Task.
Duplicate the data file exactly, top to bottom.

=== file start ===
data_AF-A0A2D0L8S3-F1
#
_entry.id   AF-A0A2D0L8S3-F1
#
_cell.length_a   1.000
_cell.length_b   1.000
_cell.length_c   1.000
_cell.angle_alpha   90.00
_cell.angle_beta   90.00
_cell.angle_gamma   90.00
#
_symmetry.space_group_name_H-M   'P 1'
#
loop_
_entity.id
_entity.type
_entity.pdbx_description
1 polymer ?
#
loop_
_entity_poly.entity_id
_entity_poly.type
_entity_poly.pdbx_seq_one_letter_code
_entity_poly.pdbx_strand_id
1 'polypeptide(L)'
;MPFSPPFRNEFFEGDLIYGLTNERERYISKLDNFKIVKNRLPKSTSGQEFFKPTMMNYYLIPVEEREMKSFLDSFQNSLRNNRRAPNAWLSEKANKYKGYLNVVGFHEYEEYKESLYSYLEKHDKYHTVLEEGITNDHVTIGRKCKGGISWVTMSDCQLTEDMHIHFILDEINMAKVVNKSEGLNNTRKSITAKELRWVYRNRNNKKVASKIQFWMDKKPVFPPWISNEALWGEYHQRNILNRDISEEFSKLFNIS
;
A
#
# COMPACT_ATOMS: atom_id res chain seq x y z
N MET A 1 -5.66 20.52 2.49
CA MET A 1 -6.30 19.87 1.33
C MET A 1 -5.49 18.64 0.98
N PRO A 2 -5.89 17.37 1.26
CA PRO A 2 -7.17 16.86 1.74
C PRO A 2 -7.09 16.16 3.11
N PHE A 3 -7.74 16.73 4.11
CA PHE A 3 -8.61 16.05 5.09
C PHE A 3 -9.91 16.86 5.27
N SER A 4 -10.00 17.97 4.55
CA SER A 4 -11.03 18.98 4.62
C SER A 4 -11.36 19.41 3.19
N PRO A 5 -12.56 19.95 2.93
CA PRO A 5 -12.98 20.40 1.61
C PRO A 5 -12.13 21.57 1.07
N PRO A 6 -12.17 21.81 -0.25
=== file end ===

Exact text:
data_AF-A0A2D0L8S3-F1
#
_entry.id   AF-A0A2D0L8S3-F1
#
_cell.length_a   1.000
_cell.length_b   1.000
_cell.length_c   1.000
_cell.angle_alpha   90.00
_cell.angle_beta   90.00
_cell.angle_gamma   90.00
#
_symmetry.space_group_name_H-M   'P 1'
#
loop_
_entity.id
_entity.type
_entity.pdbx_description
1 polymer ?
#
loop_
_entity_poly.entity_id
_entity_poly.type
_entity_poly.pdbx_seq_one_letter_code
_entity_poly.pdbx_strand_id
1 'polypeptide(L)'
;MPFSPPFRNEFFEGDLIYGLTNERERYISKLDNFKIVKNRLPKSTSGQEFFKPTMMNYYLIPVEEREMKSFLDSFQNSLRNNRRAPNAWLSEKANKYKGYLNVVGFHEYEEYKESLYSYLEKHDKYHTVLEEGITNDHVTIGRKCKGGISWVTMSDCQLTEDMHIHFILDEINMAKVVNKSEGLNNTRKSITAKELRWVYRNRNNKKVASKIQFWMDKKPVFPPWISNEALWGEYHQRNILNRDISEEFSKLFNIS
;
A
#
# COMPACT_ATOMS: atom_id res chain seq x y z
N MET A 1 -5.66 20.52 2.49
CA MET A 1 -6.30 19.87 1.33
C MET A 1 -5.49 18.64 0.98
N PRO A 2 -5.89 17.37 1.26
CA PRO A 2 -7.17 16.86 1.74
C PRO A 2 -7.09 16.16 3.11
N PHE A 3 -7.74 16.73 4.11
CA PHE A 3 -8.61 16.05 5.09
C PHE A 3 -9.91 16.86 5.27
N SER A 4 -10.00 17.97 4.55
CA SER A 4 -11.03 18.98 4.62
C SER A 4 -11.36 19.41 3.19
N PRO A 5 -12.56 19.95 2.93
CA PRO A 5 -12.98 20.40 1.61
C PRO A 5 -12.13 21.57 1.07
N PRO A 6 -12.17 21.81 -0.25